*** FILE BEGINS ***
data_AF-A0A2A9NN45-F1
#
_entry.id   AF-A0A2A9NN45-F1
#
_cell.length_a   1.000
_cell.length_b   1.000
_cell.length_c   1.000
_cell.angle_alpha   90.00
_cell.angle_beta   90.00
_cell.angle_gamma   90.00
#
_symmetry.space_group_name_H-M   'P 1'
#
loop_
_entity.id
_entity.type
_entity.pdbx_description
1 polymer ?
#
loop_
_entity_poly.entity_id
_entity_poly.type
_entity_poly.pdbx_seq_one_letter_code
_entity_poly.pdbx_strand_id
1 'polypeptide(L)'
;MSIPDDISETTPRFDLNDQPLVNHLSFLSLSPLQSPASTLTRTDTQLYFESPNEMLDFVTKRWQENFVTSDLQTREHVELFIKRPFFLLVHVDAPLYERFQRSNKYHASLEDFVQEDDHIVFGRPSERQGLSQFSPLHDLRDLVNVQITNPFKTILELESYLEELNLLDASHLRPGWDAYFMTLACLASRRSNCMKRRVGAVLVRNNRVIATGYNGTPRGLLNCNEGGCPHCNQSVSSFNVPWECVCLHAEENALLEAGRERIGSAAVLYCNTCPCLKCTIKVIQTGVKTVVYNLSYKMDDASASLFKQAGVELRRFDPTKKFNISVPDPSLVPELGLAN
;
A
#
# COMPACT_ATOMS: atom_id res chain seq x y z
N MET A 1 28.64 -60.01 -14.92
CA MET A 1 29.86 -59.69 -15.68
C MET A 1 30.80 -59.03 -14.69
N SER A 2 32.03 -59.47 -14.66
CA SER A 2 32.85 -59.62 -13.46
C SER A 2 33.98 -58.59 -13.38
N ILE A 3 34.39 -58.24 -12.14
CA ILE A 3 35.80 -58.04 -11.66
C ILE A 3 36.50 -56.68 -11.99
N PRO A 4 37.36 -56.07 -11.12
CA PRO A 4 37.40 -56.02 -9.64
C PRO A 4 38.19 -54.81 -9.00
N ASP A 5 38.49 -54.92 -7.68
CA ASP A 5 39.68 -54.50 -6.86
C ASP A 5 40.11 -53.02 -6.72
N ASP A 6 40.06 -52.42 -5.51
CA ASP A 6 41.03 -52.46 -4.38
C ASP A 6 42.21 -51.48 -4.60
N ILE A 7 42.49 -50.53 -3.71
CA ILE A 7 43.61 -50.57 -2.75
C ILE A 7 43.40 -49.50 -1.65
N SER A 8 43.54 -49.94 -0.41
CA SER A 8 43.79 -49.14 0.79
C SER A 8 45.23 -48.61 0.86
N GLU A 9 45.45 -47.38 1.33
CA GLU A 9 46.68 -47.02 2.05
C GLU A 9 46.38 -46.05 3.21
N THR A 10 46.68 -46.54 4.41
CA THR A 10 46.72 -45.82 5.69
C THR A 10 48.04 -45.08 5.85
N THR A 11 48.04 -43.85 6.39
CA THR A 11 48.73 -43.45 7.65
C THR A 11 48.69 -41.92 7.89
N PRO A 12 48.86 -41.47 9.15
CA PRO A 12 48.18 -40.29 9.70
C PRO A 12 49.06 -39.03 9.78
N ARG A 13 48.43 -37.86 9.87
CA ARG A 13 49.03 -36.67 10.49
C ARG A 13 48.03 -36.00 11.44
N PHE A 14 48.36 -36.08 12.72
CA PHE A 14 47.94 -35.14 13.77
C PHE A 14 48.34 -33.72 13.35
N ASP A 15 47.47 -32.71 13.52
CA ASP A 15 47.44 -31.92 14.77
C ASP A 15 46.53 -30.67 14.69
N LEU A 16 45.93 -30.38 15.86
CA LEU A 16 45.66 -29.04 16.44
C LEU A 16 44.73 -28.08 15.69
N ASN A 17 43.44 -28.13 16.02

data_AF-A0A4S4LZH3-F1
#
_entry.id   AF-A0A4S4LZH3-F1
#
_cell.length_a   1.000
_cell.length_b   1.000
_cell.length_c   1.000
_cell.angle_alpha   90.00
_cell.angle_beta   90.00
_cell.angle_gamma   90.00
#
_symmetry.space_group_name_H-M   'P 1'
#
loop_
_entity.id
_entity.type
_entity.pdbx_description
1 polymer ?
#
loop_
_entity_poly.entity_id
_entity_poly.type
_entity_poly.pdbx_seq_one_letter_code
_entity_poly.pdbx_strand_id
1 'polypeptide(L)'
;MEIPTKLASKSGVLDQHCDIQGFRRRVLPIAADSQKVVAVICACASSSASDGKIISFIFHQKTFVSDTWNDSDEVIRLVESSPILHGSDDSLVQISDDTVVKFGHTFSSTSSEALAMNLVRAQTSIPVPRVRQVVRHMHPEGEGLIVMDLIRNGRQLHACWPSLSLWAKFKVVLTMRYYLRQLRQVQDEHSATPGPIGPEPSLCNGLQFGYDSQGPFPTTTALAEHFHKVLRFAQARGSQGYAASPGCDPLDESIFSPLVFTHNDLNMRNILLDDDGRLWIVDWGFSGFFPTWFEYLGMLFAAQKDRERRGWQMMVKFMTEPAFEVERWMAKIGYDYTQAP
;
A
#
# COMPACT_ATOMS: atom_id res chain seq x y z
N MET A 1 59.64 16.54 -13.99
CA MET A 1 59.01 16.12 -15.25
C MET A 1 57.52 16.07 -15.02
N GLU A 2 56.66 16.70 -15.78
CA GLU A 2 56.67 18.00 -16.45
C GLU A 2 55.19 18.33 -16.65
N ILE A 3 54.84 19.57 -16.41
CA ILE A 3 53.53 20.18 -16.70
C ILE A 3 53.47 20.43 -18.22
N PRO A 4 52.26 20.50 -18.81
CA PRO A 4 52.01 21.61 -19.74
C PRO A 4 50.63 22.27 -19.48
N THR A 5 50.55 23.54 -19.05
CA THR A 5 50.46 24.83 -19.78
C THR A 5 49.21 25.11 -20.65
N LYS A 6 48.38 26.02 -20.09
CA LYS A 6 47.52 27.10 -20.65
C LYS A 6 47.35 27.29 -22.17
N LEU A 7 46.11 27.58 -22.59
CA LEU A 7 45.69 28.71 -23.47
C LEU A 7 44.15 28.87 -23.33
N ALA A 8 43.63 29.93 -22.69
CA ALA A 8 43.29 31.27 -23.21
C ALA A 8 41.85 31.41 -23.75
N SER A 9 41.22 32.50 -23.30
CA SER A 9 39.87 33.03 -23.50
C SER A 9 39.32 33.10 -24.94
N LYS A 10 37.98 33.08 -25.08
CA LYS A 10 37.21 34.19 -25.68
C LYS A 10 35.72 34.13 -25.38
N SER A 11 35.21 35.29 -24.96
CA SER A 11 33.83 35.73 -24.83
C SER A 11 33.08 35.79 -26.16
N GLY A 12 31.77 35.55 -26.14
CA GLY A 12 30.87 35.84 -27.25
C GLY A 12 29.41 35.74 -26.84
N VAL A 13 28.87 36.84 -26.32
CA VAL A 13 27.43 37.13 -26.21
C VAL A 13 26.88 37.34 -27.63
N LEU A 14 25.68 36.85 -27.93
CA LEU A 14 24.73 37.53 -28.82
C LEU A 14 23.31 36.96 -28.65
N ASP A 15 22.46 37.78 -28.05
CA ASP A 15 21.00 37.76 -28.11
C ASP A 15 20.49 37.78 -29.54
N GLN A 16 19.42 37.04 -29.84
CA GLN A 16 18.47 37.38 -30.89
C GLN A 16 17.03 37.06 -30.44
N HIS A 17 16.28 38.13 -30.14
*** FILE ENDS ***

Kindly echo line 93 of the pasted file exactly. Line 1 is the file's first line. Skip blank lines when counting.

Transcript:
loop_